The Flight Readiness Review for NASA’s SpaceX Crew-4 mission to the International Space Station has concluded, and teams are proceeding toward a 5:26 a.m. EDT liftoff on Saturday, April 23, from Kennedy Space Center’s Launch Complex 39A in Florida. NASA will hold a media conference at approximately 4:30 p.m. EDT to discuss the outcome of the review. Listen live on the agency’s website.
Participants in the teleconference are:
Kathy Lueders, associate administrator, Space Operations Mission Directorate, NASA Headquarters
Steve Stich, manager, Commercial Crew Program, Kennedy
Joel Montalbano, manager, International Space Station, NASA’s Johnson Space Center
Zeb Scoville, chief flight director, Flight Operations Directorate, Johnson
Jared Metter, director, Flight Reliability, SpaceX
Frank De Winne, program manager, International Space Station, ESA
The process of flight crew health stabilization is a routine part of final preparations for all missions to the space station. Spending the final two weeks before liftoff in quarantine will help ensure Crew-4 members are healthy and to protect the astronauts already on the space station.
Crew members can choose to quarantine at home if they are able to maintain quarantine conditions prior to travel to Kennedy. If quarantining at home is not possible – for example, if a household member can’t maintain quarantine because of job or school commitments – crew members have the option of living in the Astronaut Quarantine Facility at Johnson Space Center until they leave for Kennedy Space Center.
Additional safeguards have been added since the start of the coronavirus pandemic. Anyone who will come on site or interact with the crew during the quarantine period will be screened for temperature and symptoms. Lindgren, Hines, Watkins, and Cristoforetti will be tested twice for the virus as a precaution, as well as anyone who comes in direct, close contact with the crew.
NASA’s SpaceX Crew-4 mission is the fourth crew rotation flight to the ISS as part of NASA’s Commercial Crew Program. Crew-4 is targeted to launch no earlier than Thursday, April 21, on a new SpaceX Crew Dragon, named Freedom, atop the company’s Falcon 9 rocket from Launch Complex 39A at NASA’s Kennedy Space Center in Florida. Mission operations teams will be closely monitoring the weather and operational timelines related to the Axiom Mission 1, NASA’s first Private Astronaut Mission to the space station. Additional adjustments to the Crew-4 launch date may be required based on weather and Crew-4 vehicle readiness.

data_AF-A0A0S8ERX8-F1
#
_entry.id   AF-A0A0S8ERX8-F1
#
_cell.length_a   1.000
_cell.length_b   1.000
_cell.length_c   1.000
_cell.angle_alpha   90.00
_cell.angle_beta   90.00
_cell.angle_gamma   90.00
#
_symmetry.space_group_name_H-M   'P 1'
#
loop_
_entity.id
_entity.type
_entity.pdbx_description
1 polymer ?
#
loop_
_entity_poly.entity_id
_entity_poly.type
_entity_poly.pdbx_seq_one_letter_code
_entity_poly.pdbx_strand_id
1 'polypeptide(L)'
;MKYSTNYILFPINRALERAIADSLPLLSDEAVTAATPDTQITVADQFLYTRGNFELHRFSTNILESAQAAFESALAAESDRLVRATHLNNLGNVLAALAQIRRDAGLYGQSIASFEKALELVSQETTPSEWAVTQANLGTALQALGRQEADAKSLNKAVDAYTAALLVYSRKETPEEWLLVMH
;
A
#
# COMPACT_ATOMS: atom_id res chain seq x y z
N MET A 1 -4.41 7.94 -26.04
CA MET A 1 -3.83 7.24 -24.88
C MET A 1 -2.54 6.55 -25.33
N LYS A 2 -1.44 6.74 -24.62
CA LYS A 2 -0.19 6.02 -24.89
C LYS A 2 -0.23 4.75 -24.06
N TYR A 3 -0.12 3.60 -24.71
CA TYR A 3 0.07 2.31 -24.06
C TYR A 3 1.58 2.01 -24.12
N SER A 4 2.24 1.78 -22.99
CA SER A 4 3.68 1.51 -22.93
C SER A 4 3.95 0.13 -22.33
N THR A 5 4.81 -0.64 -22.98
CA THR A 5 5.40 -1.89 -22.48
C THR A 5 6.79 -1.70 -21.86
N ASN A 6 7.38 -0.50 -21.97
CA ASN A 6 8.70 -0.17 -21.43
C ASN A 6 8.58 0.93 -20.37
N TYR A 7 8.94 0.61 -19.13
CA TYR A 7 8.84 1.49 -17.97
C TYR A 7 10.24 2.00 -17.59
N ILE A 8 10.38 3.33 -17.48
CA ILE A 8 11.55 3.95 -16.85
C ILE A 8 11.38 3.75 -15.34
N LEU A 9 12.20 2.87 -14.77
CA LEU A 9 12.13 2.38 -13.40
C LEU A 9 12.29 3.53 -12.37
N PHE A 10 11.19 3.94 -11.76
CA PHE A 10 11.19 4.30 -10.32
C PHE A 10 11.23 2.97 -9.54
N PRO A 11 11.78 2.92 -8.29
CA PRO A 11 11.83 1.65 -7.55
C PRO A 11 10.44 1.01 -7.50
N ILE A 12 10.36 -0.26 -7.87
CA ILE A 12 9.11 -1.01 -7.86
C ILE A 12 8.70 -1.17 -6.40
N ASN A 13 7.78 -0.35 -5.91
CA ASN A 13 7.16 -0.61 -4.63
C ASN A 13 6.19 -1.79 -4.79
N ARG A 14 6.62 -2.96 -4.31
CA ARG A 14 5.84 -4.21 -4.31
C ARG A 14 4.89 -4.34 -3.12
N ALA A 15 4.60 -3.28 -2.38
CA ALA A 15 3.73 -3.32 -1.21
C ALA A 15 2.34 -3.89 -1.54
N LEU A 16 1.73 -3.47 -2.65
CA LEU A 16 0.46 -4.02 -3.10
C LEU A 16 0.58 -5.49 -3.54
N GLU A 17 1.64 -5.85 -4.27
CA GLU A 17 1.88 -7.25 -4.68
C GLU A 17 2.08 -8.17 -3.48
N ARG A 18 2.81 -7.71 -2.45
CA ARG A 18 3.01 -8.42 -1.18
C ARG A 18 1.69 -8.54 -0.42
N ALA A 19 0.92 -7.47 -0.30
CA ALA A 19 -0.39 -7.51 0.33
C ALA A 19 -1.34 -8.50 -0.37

During recent training at SpaceX headquarters in Hawthorne, California, the crew participated in simulations focused on undocking and departing from the space station. All four astronauts practiced in a high-fidelity simulator of SpaceX’s Dragon capsule, complete with flight-realistic hardware, displays, and seats. Each astronaut gained experience suiting up and configuring the spacecraft for departure. Commander Lindgren and pilot Hines took their places in the center seats, with access to flight displays they’ll use to monitor the spacecraft’s status and, if needed, take manual control of the spacecraft.
Astronaut crews regularly train for all phases of flight, using simulations to practice normal operations and respond to any unexpected issues. These simulations typically include multiple “runs” for a given day, with crew and flight controllers practicing a specific phase of the mission. Using simulated data to train personnel, simulations introduce system failures and other challenges to give teams the opportunity to prepare for and understand potential anomalies that could arise during a spaceflight, all while arming the crew with the skills needed for effectively overcoming these challenges.
While at Kennedy Space Center for emergency preparedness training, the crew visited the launch tower at Launch Complex 39A and trained on the emergency egress system, which employs slide wire baskets that enable crew and personnel to safely and quickly evacuate from the launch tower in the event of an emergency.
To become more familiar with recovery operations, the astronauts found their sea legs aboard SpaceX’s Dragon recovery vessels that will be used by joint SpaceX and NASA teams to pick up the crew following splashdown at the end of their mission. Two identical vessels cover potential landing zones off of the coast of Florida. The astronauts also toured one of SpaceX’s hangars where Falcon 9 rockets are refurbished and prepared for flight.
The crew is scheduled for a science expedition aboard the International Space Station, living and working as part of orbiting laboratory’s Expeditions 67 and 68. Crew-4 will be the fourth crew rotation mission with SpaceX, and fifth crewed flight overall including the Demo-2 flight test, for NASA’s Commercial Crew Program.
Media prelaunch and launch activities will take place at Kennedy. Media wishing to take part in person must apply for credentials at https://media.ksc.nasa.gov. U.S. media and U.S. citizens representing international media must apply by 4 p.m. EDT Sunday, March 20. International media without U.S. citizenship must apply by 4 p.m. Sunday, March 13.
The launch will carry three NASA astronauts – Mission Commander Kjell Lindgren, Pilot Robert Hines, and Mission Specialist Jessica Watkins, to the space station – as well as ESA (European Space Agency) astronaut Samantha Cristoforetti, who will serve as a mission specialist. Following a crew handover period, astronauts from NASA’s SpaceX Crew-3 mission are scheduled for return to Earth in April aboard their SpaceX Crew Dragon Endurance.
For a link to the full media advisory, click here.